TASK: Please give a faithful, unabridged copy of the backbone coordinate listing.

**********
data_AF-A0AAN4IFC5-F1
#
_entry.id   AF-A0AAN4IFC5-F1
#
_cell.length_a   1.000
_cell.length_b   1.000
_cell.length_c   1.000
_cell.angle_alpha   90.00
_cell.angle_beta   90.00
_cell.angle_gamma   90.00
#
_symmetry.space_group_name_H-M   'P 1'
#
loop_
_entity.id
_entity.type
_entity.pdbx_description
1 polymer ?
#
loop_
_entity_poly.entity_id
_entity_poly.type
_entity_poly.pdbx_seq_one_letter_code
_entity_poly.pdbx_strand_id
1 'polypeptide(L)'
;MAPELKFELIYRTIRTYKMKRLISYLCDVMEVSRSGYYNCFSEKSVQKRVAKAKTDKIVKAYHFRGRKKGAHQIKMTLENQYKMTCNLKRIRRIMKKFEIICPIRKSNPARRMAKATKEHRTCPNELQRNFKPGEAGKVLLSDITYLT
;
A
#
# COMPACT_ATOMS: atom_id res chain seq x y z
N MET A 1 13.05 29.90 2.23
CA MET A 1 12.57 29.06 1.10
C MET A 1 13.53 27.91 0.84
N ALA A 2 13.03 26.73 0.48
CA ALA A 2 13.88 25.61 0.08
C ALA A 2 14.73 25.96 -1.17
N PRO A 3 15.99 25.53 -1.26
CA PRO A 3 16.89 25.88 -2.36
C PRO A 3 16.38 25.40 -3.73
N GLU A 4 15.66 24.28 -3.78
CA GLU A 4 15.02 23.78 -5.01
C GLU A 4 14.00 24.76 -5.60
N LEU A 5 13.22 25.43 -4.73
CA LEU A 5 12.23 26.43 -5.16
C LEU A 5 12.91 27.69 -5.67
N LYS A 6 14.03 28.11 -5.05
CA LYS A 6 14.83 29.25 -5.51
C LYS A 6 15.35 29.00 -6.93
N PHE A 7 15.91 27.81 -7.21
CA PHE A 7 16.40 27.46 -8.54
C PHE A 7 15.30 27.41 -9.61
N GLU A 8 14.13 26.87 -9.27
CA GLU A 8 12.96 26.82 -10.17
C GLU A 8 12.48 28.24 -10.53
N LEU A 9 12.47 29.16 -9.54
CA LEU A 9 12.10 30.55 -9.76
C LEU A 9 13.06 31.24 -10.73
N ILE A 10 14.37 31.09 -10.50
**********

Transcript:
data_AF-A0AAN4IFC5-F1
#
_entry.id   AF-A0AAN4IFC5-F1
#
_cell.length_a   1.000
_cell.length_b   1.000
_cell.length_c   1.000
_cell.angle_alpha   90.00
_cell.angle_beta   90.00
_cell.angle_gamma   90.00
#
_symmetry.space_group_name_H-M   'P 1'
#
loop_
_entity.id
_entity.type
_entity.pdbx_description
1 polymer ?
#
loop_
_entity_poly.entity_id
_entity_poly.type
_entity_poly.pdbx_seq_one_letter_code
_entity_poly.pdbx_strand_id
1 'polypeptide(L)'
;MAPELKFELIYRTIRTYKMKRLISYLCDVMEVSRSGYYNCFSEKSVQKRVAKAKTDKIVKAYHFRGRKKGAHQIKMTLENQYKMTCNLKRIRRIMKKFEIICPIRKSNPARRMAKATKEHRTCPNELQRNFKPGEAGKVLLSDITYLT
;
A
#
# COMPACT_ATOMS: atom_id res chain seq x y z
N MET A 1 13.05 29.90 2.23
CA MET A 1 12.57 29.06 1.10
C MET A 1 13.53 27.91 0.84
N ALA A 2 13.03 26.73 0.48
CA ALA A 2 13.88 25.61 0.08
C ALA A 2 14.73 25.96 -1.17
N PRO A 3 15.99 25.53 -1.26
CA PRO A 3 16.89 25.88 -2.36
C PRO A 3 16.38 25.40 -3.73
N GLU A 4 15.66 24.28 -3.78
CA GLU A 4 15.02 23.78 -5.01
C GLU A 4 14.00 24.76 -5.60
N LEU A 5 13.22 25.43 -4.73
CA LEU A 5 12.23 26.43 -5.16
C LEU A 5 12.91 27.69 -5.67
N LYS A 6 14.03 28.11 -5.05
CA LYS A 6 14.83 29.25 -5.51
C LYS A 6 15.35 29.00 -6.93
N PHE A 7 15.91 27.81 -7.21
CA PHE A 7 16.40 27.46 -8.54
C PHE A 7 15.30 27.41 -9.61
N GLU A 8 14.13 26.87 -9.27
CA GLU A 8 12.96 26.82 -10.17
C GLU A 8 12.48 28.24 -10.53
N LEU A 9 12.47 29.16 -9.54
CA LEU A 9 12.10 30.55 -9.76
C LEU A 9 13.06 31.24 -10.73
N ILE A 10 14.37 31.09 -10.50